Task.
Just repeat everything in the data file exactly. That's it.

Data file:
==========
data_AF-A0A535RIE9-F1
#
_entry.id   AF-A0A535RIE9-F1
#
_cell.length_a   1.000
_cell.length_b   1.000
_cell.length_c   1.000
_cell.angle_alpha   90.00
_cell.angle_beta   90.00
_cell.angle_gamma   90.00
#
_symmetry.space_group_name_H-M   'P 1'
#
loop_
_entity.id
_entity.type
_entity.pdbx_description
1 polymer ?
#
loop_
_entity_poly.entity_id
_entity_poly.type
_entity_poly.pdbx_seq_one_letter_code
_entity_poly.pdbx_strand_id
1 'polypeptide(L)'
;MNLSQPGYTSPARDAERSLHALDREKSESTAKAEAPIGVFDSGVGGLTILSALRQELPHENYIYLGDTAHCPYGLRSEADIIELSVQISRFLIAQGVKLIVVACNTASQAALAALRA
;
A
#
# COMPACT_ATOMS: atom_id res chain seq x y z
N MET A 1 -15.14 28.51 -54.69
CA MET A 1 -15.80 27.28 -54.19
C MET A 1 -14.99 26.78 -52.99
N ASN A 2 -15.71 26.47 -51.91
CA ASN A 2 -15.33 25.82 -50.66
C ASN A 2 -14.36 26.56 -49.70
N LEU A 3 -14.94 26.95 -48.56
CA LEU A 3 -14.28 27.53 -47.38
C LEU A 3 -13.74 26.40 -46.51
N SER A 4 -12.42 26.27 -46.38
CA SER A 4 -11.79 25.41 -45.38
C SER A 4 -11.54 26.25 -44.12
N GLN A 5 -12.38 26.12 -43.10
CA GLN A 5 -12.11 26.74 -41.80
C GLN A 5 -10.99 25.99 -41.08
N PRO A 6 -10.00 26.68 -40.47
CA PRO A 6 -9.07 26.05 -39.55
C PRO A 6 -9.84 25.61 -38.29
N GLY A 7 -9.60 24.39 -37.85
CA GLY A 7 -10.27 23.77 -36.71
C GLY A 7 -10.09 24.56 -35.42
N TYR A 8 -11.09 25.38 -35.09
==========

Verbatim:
data_AF-A0A535RIE9-F1
#
_entry.id   AF-A0A535RIE9-F1
#
_cell.length_a   1.000
_cell.length_b   1.000
_cell.length_c   1.000
_cell.angle_alpha   90.00
_cell.angle_beta   90.00
_cell.angle_gamma   90.00
#
_symmetry.space_group_name_H-M   'P 1'
#
loop_
_entity.id
_entity.type
_entity.pdbx_description
1 polymer ?
#
loop_
_entity_poly.entity_id
_entity_poly.type
_entity_poly.pdbx_seq_one_letter_code
_entity_poly.pdbx_strand_id
1 'polypeptide(L)'
;MNLSQPGYTSPARDAERSLHALDREKSESTAKAEAPIGVFDSGVGGLTILSALRQELPHENYIYLGDTAHCPYGLRSEADIIELSVQISRFLIAQGVKLIVVACNTASQAALAALRA
;
A
#
# COMPACT_ATOMS: atom_id res chain seq x y z
N MET A 1 -15.14 28.51 -54.69
CA MET A 1 -15.80 27.28 -54.19
C MET A 1 -14.99 26.78 -52.99
N ASN A 2 -15.71 26.47 -51.91
CA ASN A 2 -15.33 25.82 -50.66
C ASN A 2 -14.36 26.56 -49.70
N LEU A 3 -14.94 26.95 -48.56
CA LEU A 3 -14.28 27.53 -47.38
C LEU A 3 -13.74 26.40 -46.51
N SER A 4 -12.42 26.27 -46.38
CA SER A 4 -11.79 25.41 -45.38
C SER A 4 -11.54 26.25 -44.12
N GLN A 5 -12.38 26.12 -43.10
CA GLN A 5 -12.11 26.74 -41.80
C GLN A 5 -10.99 25.99 -41.08
N PRO A 6 -10.00 26.68 -40.47
CA PRO A 6 -9.07 26.05 -39.55
C PRO A 6 -9.84 25.61 -38.29
N GLY A 7 -9.60 24.39 -37.85
CA GLY A 7 -10.27 23.77 -36.71
C GLY A 7 -10.09 24.56 -35.42
N TYR A 8 -11.09 25.38 -35.09